Cool Weather Spider Mites

— Written By and last updated by Sarah Roberson

The cool weather we have been enjoying may bring a couple of pests to some of the most common plants in our landscapes. Cool weather spider mites are the specific pest to look out for this time of year. Although most people think of them as any other insect that feeds on plants, they are more closely related to spiders than insects since they have 8 legs.

            Cool weather mites are dark red (southern red mite) or almost black (spruce spider mite) and with the eight legs spread out would just cover the period at the end of this sentence. The legs of the spruce spider mite are pale yellowish brown. Males are smaller and more slender than females. The eggs of these mites are red or brown, round, flattened, and not visible without assistance from a hand lens or microscope. They have a tiny hair-like structure that sticks up in the center. The larvae of cool weather mites are slightly larger than the eggs and have six legs. Nymphs are similar to adults although some nymphs are smaller.

            Spruce spider mites are found throughout North America. Southern red mites are found in the eastern United States and California. Southern red mites prefer azaleas, hollies, and camellias but they have been recorded from a number of shrubs and herbs. Spruce spider mites feed on junipers, spruce, arborvitae, cypress and other needle leaved evergreens (conifers).

            Southern red mites feed on the lower leaf surface, causing tissue collapse. Infested leaves turn gray or brown and may fall prematurely. Heavily infested shrubs may die. Spruce spider mites are the most destructive mite pest of ornamental conifers. Infested needles turn yellow or brown and may drop prematurely. Heavily infested shrubs may be noticeably webbed with silk. (This silk is different than a spider web. If you see webs that look like a spider web that is probably what you have. Be glad you have them since spiders feed on many plant-damaging insects.) After several years of heavy feeding by spider mites even large trees may be killed.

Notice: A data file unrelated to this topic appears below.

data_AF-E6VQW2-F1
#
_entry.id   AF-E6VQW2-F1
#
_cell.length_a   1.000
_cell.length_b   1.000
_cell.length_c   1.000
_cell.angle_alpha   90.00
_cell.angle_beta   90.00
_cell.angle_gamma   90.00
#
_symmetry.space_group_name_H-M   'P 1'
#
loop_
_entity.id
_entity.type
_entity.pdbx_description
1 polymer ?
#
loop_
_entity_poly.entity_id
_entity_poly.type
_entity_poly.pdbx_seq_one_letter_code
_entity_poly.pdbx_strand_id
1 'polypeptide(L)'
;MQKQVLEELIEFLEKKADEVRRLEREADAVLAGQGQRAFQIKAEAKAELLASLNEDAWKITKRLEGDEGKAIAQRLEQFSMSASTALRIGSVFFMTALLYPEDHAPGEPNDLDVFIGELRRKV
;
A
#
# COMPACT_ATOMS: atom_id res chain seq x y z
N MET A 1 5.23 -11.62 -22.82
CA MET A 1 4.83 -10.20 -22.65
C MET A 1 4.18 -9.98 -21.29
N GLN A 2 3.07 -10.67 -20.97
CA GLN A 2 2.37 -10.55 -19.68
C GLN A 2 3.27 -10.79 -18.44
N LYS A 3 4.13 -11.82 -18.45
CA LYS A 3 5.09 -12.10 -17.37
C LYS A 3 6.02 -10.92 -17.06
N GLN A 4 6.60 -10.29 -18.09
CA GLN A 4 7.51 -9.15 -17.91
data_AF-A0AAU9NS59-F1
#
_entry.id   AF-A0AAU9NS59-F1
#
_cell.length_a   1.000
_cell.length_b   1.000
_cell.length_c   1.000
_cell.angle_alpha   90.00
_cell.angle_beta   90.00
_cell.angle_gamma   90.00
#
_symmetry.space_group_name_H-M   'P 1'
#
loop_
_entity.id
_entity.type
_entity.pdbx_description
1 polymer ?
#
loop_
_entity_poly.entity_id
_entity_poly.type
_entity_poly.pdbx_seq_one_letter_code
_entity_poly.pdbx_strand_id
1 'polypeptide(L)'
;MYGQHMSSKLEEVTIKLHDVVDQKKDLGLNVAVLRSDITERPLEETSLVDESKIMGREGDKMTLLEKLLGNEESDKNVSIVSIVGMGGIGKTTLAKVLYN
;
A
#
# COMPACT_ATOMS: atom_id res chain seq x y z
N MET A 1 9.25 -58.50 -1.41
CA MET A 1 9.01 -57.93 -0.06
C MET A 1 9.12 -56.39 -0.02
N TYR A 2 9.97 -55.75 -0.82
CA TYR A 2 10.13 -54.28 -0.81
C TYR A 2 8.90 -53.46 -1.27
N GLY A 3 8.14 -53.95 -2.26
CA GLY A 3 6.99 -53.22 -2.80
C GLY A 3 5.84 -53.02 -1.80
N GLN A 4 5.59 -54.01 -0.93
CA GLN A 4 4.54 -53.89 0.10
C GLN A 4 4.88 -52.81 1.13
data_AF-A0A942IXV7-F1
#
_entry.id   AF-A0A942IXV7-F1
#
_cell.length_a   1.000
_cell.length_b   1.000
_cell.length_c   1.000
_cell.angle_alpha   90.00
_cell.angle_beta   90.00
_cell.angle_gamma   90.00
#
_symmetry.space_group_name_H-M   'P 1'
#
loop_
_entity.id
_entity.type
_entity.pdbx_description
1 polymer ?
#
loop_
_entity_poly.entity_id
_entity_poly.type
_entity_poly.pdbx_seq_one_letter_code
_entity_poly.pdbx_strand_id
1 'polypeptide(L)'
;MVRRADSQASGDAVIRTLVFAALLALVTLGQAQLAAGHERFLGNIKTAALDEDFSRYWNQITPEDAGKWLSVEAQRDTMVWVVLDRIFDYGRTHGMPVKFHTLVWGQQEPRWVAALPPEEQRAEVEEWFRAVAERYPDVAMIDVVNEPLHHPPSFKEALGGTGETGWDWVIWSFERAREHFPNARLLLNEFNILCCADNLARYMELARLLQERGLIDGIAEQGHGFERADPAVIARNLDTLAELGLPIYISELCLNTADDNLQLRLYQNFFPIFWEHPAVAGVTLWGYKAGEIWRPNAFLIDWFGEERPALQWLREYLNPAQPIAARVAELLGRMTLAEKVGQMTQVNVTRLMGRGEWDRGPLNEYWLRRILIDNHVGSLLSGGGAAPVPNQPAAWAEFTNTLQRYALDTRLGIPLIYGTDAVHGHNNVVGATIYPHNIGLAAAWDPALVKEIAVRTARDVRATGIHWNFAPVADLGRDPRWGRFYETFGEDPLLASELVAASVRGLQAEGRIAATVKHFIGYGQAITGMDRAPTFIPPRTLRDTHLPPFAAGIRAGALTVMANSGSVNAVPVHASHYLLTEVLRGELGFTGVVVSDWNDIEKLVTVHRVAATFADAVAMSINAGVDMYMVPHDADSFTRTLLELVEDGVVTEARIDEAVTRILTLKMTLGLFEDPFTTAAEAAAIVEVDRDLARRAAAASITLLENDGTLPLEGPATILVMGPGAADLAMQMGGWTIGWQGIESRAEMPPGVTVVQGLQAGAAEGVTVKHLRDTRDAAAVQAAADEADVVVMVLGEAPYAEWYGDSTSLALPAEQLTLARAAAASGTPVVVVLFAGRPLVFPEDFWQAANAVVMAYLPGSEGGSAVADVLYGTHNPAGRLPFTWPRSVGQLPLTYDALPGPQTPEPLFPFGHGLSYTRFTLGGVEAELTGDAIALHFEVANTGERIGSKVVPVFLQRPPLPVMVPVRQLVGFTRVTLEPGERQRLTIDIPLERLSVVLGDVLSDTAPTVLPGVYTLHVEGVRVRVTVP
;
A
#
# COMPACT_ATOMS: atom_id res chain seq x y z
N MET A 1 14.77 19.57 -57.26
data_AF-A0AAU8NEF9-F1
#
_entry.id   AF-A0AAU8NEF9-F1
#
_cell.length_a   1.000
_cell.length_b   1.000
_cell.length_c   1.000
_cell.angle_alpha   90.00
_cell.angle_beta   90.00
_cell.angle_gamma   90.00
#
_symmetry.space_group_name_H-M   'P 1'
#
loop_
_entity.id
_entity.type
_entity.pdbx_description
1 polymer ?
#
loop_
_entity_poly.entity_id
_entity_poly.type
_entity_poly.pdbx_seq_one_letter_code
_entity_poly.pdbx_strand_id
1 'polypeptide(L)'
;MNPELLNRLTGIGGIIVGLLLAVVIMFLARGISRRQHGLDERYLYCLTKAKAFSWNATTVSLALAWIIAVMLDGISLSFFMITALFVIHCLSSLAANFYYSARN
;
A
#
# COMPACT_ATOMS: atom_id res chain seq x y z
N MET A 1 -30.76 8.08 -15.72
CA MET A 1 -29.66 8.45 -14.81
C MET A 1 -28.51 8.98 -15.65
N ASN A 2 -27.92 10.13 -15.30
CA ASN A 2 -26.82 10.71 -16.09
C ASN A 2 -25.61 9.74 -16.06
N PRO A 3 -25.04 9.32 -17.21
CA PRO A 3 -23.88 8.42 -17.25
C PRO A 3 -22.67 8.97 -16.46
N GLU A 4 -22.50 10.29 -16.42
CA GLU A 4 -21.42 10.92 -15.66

Spider mites hatch from eggs and develop through a larval stage and nymph stages before maturing into adults. Males mate with females as soon as the females molt into the adult stage and females soon begin laying eggs. Southern red mites over-winter as eggs glued to the lower leaf surface. If the winter is mild, all stages of this mite may survive. As the weather moderates in late winter, southern red mites increase. Most of the feeding damage occurs in early spring. When populations of predaceous insects and mites are active in summer, southern red mites dwindle away so that only the eggs survive in hot weather. If the summer is mild, all stages of this mite may survive. As temperatures cool in autumn, mite populations build up again.

            Spruce spider mites also over-winter as eggs at the base of needles. In April and May the eggs hatch and larval mites begin feeding. Most feeding damage and reproduction takes place in spring and fall. Spruce spider mites tend to feed on older leaves.

Because these mites are active in cool weather, we need to look out for them at the end of winter or summer. October/November and April/May are good months to look for spider mite damage and treat if needed. Two or more treatments of horticultural oil at two-week intervals may be necessary for good control. To determine if spider mites are present you can tap or shake leaves over a sheet of white paper or note card then look closely for dark spots that move around. You may need a magnifying glass to see them. Be sure to read the label of any pesticide product before you purchase it to make sure it is safe for the use you are planning and will control the intended pest. Always make sure to follow the label instructions regarding rates, mixing, and personal protective equipment needed when applying. Since these pests are found below leaves or in older needles it is important to get good spray coverage on the back of leaves and deep into plants. Inspect plants 10 days to 2 weeks after the first treatment to determine if a follow up spray is needed.

If you have questions about gardening or landscaping in Pitt County you can call the Pitt County Master Gardener Extension Volunteers at 902-1705 or email them at More local gardening information is available at,,, or on facebook at Pitt County Gardening.